Build your own Touchscreen Smart Mirror with face recognition. You can even control Spotify & Smart Home Appliances.
The term Smart Mirrors could easily be dismissed as a Science Fiction fantasy. I mean, the idea of Magic Mirrors that displays useful information to the user does sound quite far-fetched.
But what if I told you that we could make a Touchscreen Smart Mirror that could do precisely that and more. Imagine a Smart mirror that could work as a central touchscreen interface for your home to control smart home appliances, provide the latest news, stocks, and features Face recognition.
Well, this is possible! In this article, you’re going to find out how. This project aims to build a touch screen smart mirror that is built on the back of the MagicMirror platform. We like to call this Smart Mirror AI (SMAI).
Watch Full Youtube Tutorial on How to build a Touchscreen Smart Mirror.
Goal: By the end of this article, you’ll be able to build a Touchscreen Smart Mirror with a face recognition module to interact with.
This guide provides you a good overview of how to build one. If you want more details on the Smart Mirror AI, visit our blog Smartbuilds.io. You could even download the Raspbian Face Recognition Image from there.
Now we got that all out the way, let’s begin!
Pre-requisite: Raspberry Pi 4 (RAM 2GB+) Recommended:
Cost: The total cost would vary based on your own specification preference. Fortunately, Smart Mirror could be scaled down, and customized to your liking from small 7″ Touchscreen displays to 55″ large IR Frames. In this example, we’ll use a 32″ IR Frame.
Hardware Assembly Smart Mirror Touchscreen – Hardware Configuration
The custom-cut two way-mirror was placed directly on top of the 32″ Monitor. In addition, the IR frame was used in order to add a touch interaction with the smart mirror. The IR frame uses a USB 3.0 peripheral to connect to the Raspberry Pi. Some IR frames also support multi-touch gestures on different Operating Systems, e.g., Windows and Mac; this makes it useful for future projects.
How IR Frame works
IR frames are based on light-beam interruption. Typically IR frames have LEDs on one side of the frame and Light detectors on the opposite side. Similar to an optical mouse USB peripheral, based on where you touch the frame, a beam interruption occurs, and the IR sensor is able to co-ordinate where you’ve touched. This information is relayed back to your Raspberry Pi corresponding to your display.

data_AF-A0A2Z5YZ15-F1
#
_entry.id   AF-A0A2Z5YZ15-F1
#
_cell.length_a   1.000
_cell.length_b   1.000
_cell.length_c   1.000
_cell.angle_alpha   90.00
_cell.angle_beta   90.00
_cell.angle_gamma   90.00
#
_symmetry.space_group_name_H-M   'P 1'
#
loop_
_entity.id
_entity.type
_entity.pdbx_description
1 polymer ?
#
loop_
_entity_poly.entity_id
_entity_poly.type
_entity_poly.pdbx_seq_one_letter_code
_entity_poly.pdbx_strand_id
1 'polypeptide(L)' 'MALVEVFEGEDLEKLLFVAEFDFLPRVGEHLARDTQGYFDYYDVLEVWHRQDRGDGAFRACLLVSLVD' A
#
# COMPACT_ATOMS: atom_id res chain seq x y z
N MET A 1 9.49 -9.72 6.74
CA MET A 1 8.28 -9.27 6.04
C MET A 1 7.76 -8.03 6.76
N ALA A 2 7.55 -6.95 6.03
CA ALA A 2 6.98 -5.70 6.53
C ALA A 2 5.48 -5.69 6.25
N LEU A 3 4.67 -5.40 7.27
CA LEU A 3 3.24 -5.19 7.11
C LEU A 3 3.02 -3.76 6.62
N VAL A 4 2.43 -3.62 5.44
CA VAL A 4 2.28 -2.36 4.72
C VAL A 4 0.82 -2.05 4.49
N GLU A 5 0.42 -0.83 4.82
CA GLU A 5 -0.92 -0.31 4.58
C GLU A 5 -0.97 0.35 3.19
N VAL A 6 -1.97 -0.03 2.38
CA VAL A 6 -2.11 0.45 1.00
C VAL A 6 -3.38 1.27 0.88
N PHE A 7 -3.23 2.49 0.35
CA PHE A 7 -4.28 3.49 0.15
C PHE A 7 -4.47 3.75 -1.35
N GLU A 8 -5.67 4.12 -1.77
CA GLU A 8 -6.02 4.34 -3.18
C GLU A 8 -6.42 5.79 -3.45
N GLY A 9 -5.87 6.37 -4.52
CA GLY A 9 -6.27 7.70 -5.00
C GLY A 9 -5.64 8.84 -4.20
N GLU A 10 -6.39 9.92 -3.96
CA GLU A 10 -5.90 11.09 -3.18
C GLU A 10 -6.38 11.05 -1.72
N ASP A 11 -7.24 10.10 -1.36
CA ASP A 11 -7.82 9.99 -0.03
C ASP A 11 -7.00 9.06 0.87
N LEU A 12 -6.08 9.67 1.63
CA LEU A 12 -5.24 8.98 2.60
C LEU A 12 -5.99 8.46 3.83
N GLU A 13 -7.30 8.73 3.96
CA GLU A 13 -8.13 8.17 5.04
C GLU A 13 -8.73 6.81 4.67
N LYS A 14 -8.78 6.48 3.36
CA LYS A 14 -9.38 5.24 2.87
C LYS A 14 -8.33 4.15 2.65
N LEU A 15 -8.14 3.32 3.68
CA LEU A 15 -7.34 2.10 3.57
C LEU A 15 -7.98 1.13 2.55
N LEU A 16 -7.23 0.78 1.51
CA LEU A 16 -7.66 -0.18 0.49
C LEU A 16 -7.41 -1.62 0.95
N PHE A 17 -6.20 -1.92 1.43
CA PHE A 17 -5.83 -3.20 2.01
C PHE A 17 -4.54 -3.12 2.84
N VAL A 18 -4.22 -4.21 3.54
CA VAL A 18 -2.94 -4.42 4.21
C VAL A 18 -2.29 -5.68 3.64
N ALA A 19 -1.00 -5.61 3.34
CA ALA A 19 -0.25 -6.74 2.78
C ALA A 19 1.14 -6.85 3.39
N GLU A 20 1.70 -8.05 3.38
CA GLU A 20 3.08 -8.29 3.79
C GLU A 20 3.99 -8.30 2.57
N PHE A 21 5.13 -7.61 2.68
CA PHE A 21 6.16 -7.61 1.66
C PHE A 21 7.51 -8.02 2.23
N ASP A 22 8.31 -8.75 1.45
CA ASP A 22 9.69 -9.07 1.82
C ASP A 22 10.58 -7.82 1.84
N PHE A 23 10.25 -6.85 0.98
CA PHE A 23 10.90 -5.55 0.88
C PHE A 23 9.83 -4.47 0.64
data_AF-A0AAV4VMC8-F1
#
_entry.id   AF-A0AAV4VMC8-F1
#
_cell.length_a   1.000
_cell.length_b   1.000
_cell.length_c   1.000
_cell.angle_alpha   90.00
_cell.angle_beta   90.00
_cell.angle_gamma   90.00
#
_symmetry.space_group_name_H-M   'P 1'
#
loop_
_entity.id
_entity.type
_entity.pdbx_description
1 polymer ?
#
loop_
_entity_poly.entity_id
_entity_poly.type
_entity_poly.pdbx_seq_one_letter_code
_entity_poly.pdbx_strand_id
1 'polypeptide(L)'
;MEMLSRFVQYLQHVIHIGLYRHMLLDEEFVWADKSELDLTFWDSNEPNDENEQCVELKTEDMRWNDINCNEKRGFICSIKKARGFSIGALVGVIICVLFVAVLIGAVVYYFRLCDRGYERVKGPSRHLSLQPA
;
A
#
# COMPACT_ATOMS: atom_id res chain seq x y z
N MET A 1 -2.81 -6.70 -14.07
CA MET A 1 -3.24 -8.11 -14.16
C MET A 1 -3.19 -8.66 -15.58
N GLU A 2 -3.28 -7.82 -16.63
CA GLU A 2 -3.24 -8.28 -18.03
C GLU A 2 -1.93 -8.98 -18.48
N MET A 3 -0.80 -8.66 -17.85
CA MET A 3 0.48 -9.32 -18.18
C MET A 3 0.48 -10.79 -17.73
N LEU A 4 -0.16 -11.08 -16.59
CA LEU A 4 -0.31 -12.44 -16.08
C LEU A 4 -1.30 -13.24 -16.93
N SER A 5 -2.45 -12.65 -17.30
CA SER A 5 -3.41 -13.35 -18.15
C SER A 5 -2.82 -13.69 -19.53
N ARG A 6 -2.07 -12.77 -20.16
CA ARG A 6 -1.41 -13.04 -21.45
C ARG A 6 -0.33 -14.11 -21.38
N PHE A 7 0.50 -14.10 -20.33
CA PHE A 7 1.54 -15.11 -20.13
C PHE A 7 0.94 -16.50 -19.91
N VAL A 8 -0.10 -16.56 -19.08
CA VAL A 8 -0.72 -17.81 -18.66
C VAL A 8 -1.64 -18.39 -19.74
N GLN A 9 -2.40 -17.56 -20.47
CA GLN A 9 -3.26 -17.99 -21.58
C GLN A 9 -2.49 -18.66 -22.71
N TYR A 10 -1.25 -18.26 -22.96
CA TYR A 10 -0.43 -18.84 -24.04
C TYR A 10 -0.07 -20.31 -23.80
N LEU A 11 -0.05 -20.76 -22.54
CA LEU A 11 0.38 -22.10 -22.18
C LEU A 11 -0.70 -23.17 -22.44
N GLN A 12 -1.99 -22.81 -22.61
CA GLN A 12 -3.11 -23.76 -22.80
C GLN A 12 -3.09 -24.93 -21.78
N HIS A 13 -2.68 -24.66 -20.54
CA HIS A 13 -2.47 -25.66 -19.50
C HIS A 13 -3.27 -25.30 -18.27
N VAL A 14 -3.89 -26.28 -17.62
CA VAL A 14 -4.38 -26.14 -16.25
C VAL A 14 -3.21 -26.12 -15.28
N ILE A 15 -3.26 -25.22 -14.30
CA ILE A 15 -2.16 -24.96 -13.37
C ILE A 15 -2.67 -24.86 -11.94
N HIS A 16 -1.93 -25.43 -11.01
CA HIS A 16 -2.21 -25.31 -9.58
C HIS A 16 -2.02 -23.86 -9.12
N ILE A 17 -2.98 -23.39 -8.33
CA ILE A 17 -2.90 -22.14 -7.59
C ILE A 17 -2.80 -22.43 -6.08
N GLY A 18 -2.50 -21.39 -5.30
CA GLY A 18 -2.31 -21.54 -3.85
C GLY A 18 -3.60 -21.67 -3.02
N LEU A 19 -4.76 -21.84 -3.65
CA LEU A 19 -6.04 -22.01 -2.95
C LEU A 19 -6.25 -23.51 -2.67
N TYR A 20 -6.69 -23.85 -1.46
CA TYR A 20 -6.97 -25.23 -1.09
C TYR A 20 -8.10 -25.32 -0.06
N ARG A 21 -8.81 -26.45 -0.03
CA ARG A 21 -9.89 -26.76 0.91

A wooden frame was built In order to encase the 32 inch Monitor. (However, your build can be left to your creativity). This was assembled using 1×4 Fiberwood from your local DIY store, and a hacksaw to cut the dimensions. Strong PVA (Gorilla) glue and nails were used to re-enforce the frame. The final mirror dimensions were W 47.6cm x L 77cm x H 7cm. A monitor strap/ back support was added to secure the support of the frame. An opening on the strap was made to allow space for HDMI ports on the Monitor for the Raspberry Pi display input. An Interior varnish coat was added to the frame to give it a nice glossy finish.
Smart Mirror – LED Strips Assembly
LED strips were added to give the mirror a nice ambient glow. The strips included an adhesive coat to the back, which allowed us to peel and wrap the strips around the Monitor.
The LED strips also include a remote for changing LED colors.
Looking from hindsight – We recommend a monitor with HDMI ports on the side of the Monitor
Installing Raspbian Buster Etching Raspbian OS to MicroSD
The Raspbian OS was flashed onto the 32 GB Micro SD Card. You could find more information on how to install the latest Raspbian OS on the Raspberry Pi site. The YouTube tutorial equivalent also outlines this.
- Download and install The latest Raspbian OS which can be found on Raspberry Pi
- Download Etcher and install the application on your computer. (Compatible with Mac OS X and Windows)
- Plug your Micro SD card Adapter with your SD card to the computer.
- Open Balena Etcher and select extracted the image you’ve downloaded.
- Ensure the correct disk has been selected click “Flash!” to begin writing the image to your SD Card. Note: This process could take 10-15 minutes.
- Remove SD Card and plug in Pi. Whereby you could access Pi via VNC or Mouse and Keyboard
Installing Magic Mirror MagicMirror Installation on Raspberry Pi 4
MagicMirror is an open-source modular smart mirror platform developed by MichMich. It’s has a great community and support, which makes this a solid project.
Upon boot-up of the Raspberry Pi, complete the remaining setup, and ensure you’re connected to the internet via LAN/Wi-Fi.
Head off to Magic Mirror for the full Installation & Usage Guide. For simplicity the main snippet has been quoted below:
Run the following commands in terminal
Note: The official support way of installation has been updated from single line command to manual installation. Fortunately, this is just as straightforward.
Terminal – Adding MagicMirror Modules
Download and install the latest Node.js version:
curl -sL https://deb.nodesource.com/setup_10.x | sudo -E bash - sudo apt install -y nodejs
Clone the repository and check out the master branch:
git clone https://github.com/MichMich/MagicMirror
Enter the repository:
Install the application:
Make a copy of the config.js sample file:
cp config/config.js.sample config/config.js
Start the application (Recommended for this setup):
npm run start
For Server Only use:
npm run server
Note: You could decrease the MagicMirror size of the font with CTRL + –
Auto Starting Magic Mirror – Installing PM2
Note: If you would like to have your MagicMirror working from start-up, we recommend installing PM2 a production process manager. You could do this by following the steps outlined on Auto Starting Magic Mirror.
Adding additional Modules Smart Mirror Modules – Including Spotify, Face Recognition and SmartTouch.
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